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Climate Crisis Causes 30% of Deaths from Extreme Events in the World

deaths from extreme events

Derna - Maherlink, CC BY-SA 4.0, via Wikimedia Commons

Save the Children’s analysis of EM-DAT data

In 2023 there were at least 12,000 deaths from extreme events worldwide. 30% more than the previous year. Floods and fires, cyclones, storms and landslides are becoming more lethal because they are more frequent and intense, especially “because of the climate crisis“. The calculation was done by Save the Children based on data from EM-DAT, the international database of disasters. Other extreme events – far more lethal – such as heat waves, for which it is difficult to clearly blame global warming, are excluded from the bill.

Data on deaths from extreme events

The 240 events recorded in 2023 by EM-DAT mark a substantial increase compared to 2022 for mortality. Deaths from extreme events have grown by 60% for landslides – which are activated by hydrogeological instability, on which the climate crisis partly affects – and by 278% for fires. The largest increase is that of storm deaths, up 340% between 2022 and 2023. This figure is affected by the passage of storm Daniel in the Mediterranean last September, which devastated the city of Derna, in Libya.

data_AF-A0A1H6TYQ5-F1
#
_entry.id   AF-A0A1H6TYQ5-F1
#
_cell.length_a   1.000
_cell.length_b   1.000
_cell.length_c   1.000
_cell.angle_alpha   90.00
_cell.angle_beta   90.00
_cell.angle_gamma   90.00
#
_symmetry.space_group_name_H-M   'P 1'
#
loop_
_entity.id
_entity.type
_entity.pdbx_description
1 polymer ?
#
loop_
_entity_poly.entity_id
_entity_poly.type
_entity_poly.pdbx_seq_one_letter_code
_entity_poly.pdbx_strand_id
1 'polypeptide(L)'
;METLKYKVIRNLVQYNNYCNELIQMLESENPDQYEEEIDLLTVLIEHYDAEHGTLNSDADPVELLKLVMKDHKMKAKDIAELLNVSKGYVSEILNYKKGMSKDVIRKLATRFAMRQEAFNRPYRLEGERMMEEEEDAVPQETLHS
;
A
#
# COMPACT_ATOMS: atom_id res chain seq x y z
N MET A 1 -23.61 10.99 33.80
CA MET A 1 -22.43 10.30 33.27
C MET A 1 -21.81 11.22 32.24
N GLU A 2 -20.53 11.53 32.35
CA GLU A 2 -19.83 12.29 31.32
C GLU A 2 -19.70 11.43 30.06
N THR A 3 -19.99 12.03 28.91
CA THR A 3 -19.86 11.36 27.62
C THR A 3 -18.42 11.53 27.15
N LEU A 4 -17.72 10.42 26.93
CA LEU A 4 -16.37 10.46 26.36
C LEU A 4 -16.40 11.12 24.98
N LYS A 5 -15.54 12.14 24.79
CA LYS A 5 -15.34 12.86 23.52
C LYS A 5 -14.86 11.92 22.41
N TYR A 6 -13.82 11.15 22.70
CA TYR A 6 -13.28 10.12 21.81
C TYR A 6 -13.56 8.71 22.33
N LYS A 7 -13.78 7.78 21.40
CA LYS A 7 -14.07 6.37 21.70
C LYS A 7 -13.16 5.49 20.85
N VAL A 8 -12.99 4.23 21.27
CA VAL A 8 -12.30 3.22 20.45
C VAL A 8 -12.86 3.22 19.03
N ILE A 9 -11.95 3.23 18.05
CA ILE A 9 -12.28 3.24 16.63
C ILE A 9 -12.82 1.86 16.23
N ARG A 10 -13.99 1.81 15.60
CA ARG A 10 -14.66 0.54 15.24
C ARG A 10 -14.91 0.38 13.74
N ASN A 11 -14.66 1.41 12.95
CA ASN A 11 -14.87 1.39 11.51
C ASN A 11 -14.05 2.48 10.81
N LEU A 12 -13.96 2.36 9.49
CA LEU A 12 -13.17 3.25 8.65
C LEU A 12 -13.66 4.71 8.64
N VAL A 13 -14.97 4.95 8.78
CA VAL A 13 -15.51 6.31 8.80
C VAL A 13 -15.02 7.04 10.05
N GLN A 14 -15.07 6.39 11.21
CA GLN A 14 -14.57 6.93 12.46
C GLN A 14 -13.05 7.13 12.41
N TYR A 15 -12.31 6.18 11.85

It is the low- and medium-low-income countries that suffer the most victims. It is in these states that half of extreme event mortality was concentrated in 2023. While 45% of the victims come from countries that are responsible for less than 0.1% of global greenhouse gas emissions.

Financing the fight against extreme events

“The analysis clearly shows how the climate crisis disproportionately affects those who have done less to provoke it and are less able to resist its most damaging effects, further strengthening inequality, poverty and displacement“says Kelley Toole of Save the Children. “We need to significantly increase climate funding and make it more responsive to the needs of children, including in terms of losses and damage. An agreement on the “transition” from fossil fuels to COP28 is a step in the right direction, but it is not up to the rapid phasing out of desperately needed fossil fuels“.

COP28 in Dubai made the Loss and Damage Mechanism operational, albeit only provisionally until 2026, but did not make progress on other climate finance dossiers (such as the post-2025 target) and on measures for adaptation (the Global Goal on Adaptation).

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